This is all water under the bridge, because for 23+ years Ian Curtis lived. And whilst he did, he left traces and tracks that will live on long after all of us are gone from this place. Joy Division -- still probably the most famous and adored of the Post Punk bands -- became New Order post-Curtis, and set about inventing modern electronic Rock music as we know it.
There isn't an awful lot, in terms of high-quality archival material, of the former, as they only existed for about three years. Of course they were taped from the audience a whole bunch of times, but most of those dubs, unfortunately, sound like they were recorded by a tin can positioned roughly four city blocks from the stage.
Luckily there are a few radio sets that got captured back in the day, several of them issued at the start of the 2000s in incomplete, somewhat shoddily-produced form. One in particular remains -- stunningly -- unissued officially, with an incorrectly-tracked, inferior sounding bootleg box set from 2001 its only above-ground appearance thusfar.
Even luckier, there five years ago surfaced in trading circles the (nearly complete) pre-FM reels of this performance -- recorded for Dutch radio -- and oh my goodness, is it the Holy Grail of JD shows as was always advertised.
For inclusion here, I have substituted the opening track (on the pre-FM tape it's a very incomplete fragment) from another oft-bootlegged French radio concert from three weeks previous, as well as bonus material from an infamous gig -- in which the band's equipment temporarily malfunctioned -- in the UK a month later. All three component performances that form my little mashup have been meticulously remastered by an audio-expert Joy Division obsessive, and are likely to be the best-sounding form in which these incredible documents may ever circulate.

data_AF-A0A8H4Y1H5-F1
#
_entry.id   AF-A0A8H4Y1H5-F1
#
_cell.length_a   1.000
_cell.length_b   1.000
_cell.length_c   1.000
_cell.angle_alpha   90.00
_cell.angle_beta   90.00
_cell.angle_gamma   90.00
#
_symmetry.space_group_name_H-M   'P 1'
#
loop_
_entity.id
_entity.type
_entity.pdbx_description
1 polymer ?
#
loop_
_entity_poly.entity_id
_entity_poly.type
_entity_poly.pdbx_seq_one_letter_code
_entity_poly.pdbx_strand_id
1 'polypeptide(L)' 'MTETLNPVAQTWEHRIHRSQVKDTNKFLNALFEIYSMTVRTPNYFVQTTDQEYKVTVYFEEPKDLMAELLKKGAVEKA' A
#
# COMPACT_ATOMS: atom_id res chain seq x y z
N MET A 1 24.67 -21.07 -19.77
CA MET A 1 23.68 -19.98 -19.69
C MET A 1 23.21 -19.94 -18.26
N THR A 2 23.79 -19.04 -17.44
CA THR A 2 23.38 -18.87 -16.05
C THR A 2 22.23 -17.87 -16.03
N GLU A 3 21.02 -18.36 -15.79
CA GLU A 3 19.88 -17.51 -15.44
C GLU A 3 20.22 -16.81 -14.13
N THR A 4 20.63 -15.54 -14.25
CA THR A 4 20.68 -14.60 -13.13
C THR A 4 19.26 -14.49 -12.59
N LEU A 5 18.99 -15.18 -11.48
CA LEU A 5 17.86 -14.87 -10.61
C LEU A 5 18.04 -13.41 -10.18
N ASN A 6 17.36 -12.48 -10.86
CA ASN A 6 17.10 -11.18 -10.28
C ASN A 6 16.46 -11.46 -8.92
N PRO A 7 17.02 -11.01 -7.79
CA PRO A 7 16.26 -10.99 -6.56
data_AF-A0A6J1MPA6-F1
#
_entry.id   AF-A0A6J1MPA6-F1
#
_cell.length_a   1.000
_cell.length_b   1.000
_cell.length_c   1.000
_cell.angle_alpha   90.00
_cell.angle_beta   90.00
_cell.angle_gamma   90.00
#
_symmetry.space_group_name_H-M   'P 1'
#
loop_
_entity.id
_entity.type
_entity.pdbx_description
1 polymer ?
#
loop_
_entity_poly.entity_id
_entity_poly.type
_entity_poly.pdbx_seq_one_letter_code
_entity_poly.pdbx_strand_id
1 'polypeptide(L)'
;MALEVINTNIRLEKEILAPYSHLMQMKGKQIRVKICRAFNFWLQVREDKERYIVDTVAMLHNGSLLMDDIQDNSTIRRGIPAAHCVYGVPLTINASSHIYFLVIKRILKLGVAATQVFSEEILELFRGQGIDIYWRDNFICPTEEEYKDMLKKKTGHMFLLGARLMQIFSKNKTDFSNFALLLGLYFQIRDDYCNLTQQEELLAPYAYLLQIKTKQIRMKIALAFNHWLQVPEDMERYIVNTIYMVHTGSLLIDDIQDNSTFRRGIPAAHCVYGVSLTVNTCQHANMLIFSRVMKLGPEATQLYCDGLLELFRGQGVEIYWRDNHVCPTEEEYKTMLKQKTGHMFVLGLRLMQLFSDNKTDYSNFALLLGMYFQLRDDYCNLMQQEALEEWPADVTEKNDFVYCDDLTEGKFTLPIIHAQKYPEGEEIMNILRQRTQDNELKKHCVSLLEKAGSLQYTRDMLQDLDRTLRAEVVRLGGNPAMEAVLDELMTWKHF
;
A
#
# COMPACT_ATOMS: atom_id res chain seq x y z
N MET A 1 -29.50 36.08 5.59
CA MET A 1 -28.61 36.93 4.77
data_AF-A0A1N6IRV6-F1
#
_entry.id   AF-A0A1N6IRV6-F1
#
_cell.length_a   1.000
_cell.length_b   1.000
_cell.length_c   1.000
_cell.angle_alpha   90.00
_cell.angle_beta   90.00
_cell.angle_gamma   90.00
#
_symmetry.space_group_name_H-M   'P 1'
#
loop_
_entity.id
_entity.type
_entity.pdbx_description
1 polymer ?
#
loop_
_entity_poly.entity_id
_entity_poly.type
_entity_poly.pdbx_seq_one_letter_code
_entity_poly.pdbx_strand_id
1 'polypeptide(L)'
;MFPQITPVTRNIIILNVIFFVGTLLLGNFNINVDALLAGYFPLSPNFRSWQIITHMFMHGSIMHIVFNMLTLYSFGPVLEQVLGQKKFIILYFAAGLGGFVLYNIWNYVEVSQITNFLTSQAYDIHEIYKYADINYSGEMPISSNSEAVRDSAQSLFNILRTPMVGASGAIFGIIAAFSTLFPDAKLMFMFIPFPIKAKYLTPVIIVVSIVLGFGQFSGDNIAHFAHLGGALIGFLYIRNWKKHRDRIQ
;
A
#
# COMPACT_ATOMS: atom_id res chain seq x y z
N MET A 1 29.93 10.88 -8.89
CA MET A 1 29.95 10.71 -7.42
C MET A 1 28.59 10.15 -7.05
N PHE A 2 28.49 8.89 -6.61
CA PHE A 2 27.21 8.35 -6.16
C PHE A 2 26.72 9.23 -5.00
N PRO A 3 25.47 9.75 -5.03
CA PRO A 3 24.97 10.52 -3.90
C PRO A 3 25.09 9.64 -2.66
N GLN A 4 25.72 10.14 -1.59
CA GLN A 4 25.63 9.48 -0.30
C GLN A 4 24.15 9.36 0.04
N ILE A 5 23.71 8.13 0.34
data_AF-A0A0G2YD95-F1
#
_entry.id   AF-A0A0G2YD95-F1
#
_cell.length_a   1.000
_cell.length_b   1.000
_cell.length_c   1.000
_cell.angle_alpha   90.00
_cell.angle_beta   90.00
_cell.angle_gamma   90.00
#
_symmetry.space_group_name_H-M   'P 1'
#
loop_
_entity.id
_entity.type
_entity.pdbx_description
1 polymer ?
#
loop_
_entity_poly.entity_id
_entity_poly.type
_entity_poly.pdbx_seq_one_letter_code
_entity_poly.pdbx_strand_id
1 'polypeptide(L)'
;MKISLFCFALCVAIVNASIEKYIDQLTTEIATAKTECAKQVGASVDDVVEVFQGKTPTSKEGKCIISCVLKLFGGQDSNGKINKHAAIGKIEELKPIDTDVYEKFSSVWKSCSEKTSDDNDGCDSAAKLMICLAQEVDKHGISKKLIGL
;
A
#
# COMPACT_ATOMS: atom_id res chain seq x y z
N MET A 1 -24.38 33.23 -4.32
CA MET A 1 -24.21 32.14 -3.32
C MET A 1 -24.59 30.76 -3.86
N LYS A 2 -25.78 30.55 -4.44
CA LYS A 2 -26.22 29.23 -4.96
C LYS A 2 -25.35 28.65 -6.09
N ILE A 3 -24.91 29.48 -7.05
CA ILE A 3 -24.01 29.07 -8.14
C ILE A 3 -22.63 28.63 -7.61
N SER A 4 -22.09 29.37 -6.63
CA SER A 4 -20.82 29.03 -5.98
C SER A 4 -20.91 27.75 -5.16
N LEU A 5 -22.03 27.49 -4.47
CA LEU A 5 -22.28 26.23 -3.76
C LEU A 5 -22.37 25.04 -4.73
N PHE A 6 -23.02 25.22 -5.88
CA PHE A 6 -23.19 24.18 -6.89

Joy Division
live in Europe
1979-80

01 Passover
02 Wilderness
03 Digital
04 Day of the Lords
05 Insight
06 New Dawn Fades
07 Disorder
08 Transmission
09 Love Will Tear Us Apart
10 These Days
11 A Means to an End
12 Twenty Four Hours
13 Shadowplay
14 She's Lost Control
15 Atrocity Exhibition
16 Atmosphere
17 Interzone
18 Colony
19 Incubation
20 The Eternal
21 Warsaw

Total time: 1:31:11

Tracks 01 & 18: Les Bains Douches, Paris FR 12.18.1979 fage FM remaster
Tracks 02-17: Paradiso, Amsterdam NL 1.11.1980 surfling pre-FM "Definitive Edition" remaster
Tracks 19-21: The Warehouse, Preston UK 2.28.1980 fage FM remaster

disc break goes after Track 11

Ian Curtis - vocals
Bernard Sumner - guitar, keyboards, vocals
Peter Hook - bass
Stephen Morris - drums
engineered by Terry Mason

an assortment of fan remastered pre-FM and FM captures
553 MB FLAC here
I truly cannot believe the Amsterdam, France and UK FM broadcasts of this utterly iconic and thoroughly uncompromising band are not available commercially from the most pristine sources, but that's the music industry for you on any day ending in "y". No matter, for that's what I am here for --  to fill in the gaps the suits are either too profit-motivated or too stupid to make right.
Ian Curtis -- surely one of the most beloved and imitated singers in all of Rock history on the basis of a mere three years of recording and performing activity -- deserves not one bit less, if you ask me. He was born this day in 1956 and didn't even make it to 1981, but as I said what he expressed and how he expressed it can never, ever die... not as long as people are still listening. I hope this hour-and-a-half of irreplaceably coruscating music helps keep you listening.--J.
7.15.1956 - 5.18.1980

don't walk away
in silence